Black Christmas (1974) Movie Review

(Movie Review by Donnie Saxton) About 90 minutes into “Black Christmas”, my mind began to wander to Steve McQueen spinning his tires in the classic car chase scene from 1968’s “Bullitt.” In ’68, that particular scene was virtuoso — a defining scene spawning hundreds of imitations over the next few decades. But if you show that same scene to a 12-year-old today, it induces drowsiness. I say that to say this: “Bullitt” is to car chase scenes as “Black Christmas” is to teen slasher films.

I’m not suggesting that this 1974 yarn by Bob Clark (the brain behind “Porky’s”) deserves the iconic status that “Bullitt” enjoys; however, “Christmas” was the first of a particular kind of movie. Its story has become so overdone that it feels like a retread of a retread until you remind yourself that “Black Christmas” was made over 30 years ago. The degree to which I enjoyed “Christmas” was similar, although far less, to the way in which I enjoyed “Bullitt.” Not because it is so riveting in today’s terms, but because I recognize that in ’74, Clark’s film was somewhat revolutionary, and became a benchmark for a long line of filmmakers to come.

The plot features a group of sorority girls who begin receiving disturbing phone calls shortly before Christmas. The caller, who mixes a barrage of screams and moans with a bad Andrew Dice Clay impersonation, has a habit of signing off with warm salutations like, “I ‘m going to kill you.” Coincidentally, members of the sorority begin turning up dead as the calls continue to stream in, only now the caller begins making personal references. To no one’s surprise — because the first scene shows him entering the house — it’s revealed that the killer has been making the calls from the attic of the house the entire time.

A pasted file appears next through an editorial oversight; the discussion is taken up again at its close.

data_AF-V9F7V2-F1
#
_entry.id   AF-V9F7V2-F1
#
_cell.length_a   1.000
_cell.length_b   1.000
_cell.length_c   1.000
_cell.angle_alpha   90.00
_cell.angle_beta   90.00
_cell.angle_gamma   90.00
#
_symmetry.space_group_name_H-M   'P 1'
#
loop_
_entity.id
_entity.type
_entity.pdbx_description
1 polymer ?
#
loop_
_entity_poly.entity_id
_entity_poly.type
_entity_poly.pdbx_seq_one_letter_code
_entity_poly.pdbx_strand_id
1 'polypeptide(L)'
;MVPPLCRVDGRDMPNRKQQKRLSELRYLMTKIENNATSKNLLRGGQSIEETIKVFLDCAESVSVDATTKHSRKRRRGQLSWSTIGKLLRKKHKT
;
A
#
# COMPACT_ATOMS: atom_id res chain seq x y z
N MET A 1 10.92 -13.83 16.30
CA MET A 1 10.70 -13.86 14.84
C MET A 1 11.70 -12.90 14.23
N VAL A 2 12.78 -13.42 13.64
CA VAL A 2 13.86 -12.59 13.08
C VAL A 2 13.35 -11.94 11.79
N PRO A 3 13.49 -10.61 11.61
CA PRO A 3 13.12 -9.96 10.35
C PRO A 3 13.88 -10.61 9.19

The time devoted to showcasing a telephone as a useful plot device was novel at the time, underscoring the creepiness of having an undiscovered killer lurking in your house. This kind of film, and all of its imitations, requires incompetent police participation to make it work. Here they are led by Lieutenant Fuller (genre vet John Saxon) who begins cracking the case in the usual ways, such as organizing search parties and insulting his staff. The sorority house is populated with a variety of similarly typical personalities. Barb (a pre-“Superman” Margot Kidder) is the drunken horny one, while Clair (Lynne Griffen) and Jess (Olivia Hussey) are, respectively, the quiet virgin and the conscientious feminist.

The DVD release contains special features including the original trailer and alternate openings. The “alternate openings” consist entirely of changing the title in the credits to “Silent Night, Evil Night”, and the hilariously unimaginative, “Stranger in the House.”

There’s also a “Black Christmas Revisited” section that travels back to the house where the movie was filmed to interview some of the cast and crewmembers, among them director Bob Clark. A few interesting revelations leak out; for instance, Oscar winner Edmond O’Brien was originally cast in Saxon’s role, but was let got because he was showing the advanced stages of Alzheimer’s. Other tidbits about the moviemaking process 30 years ago are mildly intriguing.

Ultimately, the story about making the film is much more entertaining than the story told by the film itself. Even though “Black Christmas” was far from the best of its kind, at least Mr. Clark can say it was one of the first.

Bob Clark (director) / Roy Moore (screenplay)
CAST: Olivia Hussey …. Jessica Bradford
Keir Dullea …. Peter Smythe
Margot Kidder …. Barbie Coard
John Saxon …. Lieutenant Kenneth Fuller
Marian Waldman …. Mrs. MacHenry
Andrea Martin …. Phyllis Carlson

Buy Black Christmas on DVD